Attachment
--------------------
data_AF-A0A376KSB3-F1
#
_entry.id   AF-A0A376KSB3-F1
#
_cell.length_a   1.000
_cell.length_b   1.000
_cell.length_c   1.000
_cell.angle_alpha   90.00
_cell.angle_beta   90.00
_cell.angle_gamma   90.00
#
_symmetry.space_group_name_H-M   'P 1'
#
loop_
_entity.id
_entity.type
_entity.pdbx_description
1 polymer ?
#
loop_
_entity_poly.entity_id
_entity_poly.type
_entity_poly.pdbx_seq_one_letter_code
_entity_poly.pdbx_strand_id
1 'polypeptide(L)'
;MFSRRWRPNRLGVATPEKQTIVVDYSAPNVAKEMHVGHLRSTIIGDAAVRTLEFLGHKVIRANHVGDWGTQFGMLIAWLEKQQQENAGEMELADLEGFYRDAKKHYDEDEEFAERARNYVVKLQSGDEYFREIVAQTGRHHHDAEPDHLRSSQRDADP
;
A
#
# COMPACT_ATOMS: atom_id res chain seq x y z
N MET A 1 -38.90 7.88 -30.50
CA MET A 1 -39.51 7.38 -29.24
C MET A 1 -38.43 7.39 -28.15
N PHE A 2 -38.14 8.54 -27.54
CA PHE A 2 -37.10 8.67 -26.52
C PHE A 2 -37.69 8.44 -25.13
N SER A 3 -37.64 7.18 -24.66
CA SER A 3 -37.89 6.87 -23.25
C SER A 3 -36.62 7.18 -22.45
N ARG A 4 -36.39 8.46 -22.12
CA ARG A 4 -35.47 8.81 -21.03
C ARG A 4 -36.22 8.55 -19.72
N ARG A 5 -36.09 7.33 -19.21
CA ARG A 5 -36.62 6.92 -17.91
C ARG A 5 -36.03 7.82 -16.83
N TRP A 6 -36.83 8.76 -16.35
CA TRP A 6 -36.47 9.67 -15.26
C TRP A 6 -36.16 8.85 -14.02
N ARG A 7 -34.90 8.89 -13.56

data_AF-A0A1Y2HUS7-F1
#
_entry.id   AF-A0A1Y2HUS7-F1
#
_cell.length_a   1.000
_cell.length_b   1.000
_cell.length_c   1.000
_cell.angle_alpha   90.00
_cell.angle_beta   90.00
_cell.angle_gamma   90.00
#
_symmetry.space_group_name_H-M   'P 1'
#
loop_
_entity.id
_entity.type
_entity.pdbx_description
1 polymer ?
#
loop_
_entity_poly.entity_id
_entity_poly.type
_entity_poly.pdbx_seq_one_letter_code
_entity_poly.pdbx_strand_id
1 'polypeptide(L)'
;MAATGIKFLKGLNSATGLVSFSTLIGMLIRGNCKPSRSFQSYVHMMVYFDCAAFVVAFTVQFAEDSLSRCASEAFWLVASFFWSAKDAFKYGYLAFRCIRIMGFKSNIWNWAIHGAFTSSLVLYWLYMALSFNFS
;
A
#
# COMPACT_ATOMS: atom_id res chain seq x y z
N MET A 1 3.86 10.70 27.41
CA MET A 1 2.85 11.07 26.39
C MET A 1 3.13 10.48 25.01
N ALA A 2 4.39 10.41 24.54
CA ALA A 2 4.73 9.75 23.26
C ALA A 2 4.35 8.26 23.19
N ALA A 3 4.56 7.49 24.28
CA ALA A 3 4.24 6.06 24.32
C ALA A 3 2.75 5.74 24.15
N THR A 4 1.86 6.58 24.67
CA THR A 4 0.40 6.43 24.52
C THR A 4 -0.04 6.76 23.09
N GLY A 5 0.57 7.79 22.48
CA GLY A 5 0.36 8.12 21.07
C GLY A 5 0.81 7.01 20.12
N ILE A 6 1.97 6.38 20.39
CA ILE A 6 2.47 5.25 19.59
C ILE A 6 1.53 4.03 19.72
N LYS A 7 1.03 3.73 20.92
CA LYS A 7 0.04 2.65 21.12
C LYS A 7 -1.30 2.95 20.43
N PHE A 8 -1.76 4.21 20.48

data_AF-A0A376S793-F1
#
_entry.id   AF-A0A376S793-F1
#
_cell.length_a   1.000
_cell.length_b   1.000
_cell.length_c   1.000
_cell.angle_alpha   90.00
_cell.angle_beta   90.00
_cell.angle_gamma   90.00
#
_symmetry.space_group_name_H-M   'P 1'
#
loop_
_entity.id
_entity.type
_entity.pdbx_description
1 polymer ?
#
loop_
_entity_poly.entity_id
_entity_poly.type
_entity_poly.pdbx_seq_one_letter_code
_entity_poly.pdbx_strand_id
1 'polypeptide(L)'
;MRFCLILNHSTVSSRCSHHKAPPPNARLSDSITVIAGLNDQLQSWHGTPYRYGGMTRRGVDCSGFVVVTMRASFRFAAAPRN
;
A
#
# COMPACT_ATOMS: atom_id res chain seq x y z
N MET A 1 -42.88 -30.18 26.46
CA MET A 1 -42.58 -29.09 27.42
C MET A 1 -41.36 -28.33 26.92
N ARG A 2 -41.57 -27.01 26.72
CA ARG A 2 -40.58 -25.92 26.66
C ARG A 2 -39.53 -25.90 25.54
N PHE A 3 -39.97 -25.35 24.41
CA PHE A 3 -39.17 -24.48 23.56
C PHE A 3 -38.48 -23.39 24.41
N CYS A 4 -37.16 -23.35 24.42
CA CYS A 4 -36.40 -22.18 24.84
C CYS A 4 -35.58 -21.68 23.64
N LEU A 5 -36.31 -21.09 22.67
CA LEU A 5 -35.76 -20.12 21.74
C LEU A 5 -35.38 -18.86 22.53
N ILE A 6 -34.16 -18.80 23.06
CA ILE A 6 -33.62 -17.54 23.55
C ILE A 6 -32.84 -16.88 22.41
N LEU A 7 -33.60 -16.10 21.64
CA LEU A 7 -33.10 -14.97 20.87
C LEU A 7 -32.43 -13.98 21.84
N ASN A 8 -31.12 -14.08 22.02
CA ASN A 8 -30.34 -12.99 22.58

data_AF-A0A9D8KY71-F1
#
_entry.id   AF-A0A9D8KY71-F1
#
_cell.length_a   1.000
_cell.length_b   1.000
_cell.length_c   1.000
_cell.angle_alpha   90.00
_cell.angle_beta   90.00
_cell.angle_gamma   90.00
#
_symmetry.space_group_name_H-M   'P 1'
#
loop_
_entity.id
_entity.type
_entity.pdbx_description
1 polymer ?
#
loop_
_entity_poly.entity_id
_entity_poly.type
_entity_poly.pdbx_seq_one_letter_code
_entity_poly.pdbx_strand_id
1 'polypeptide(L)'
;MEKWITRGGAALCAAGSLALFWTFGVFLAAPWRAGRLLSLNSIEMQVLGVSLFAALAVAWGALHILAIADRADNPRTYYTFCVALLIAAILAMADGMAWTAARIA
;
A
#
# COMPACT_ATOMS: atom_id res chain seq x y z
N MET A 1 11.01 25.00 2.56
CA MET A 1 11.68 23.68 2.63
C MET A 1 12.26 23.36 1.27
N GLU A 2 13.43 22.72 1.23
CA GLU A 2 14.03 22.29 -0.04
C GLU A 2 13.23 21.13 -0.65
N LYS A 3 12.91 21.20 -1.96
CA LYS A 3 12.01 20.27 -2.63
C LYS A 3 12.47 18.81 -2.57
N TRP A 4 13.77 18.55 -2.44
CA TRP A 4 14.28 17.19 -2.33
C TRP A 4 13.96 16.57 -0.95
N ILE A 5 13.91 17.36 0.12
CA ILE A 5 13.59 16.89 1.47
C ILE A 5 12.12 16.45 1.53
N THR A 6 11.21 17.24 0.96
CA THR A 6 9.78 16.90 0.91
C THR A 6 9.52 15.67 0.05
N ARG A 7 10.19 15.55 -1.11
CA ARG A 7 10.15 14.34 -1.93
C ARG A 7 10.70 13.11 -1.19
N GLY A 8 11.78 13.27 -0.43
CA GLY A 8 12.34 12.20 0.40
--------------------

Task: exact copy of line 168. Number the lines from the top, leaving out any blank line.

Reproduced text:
loop_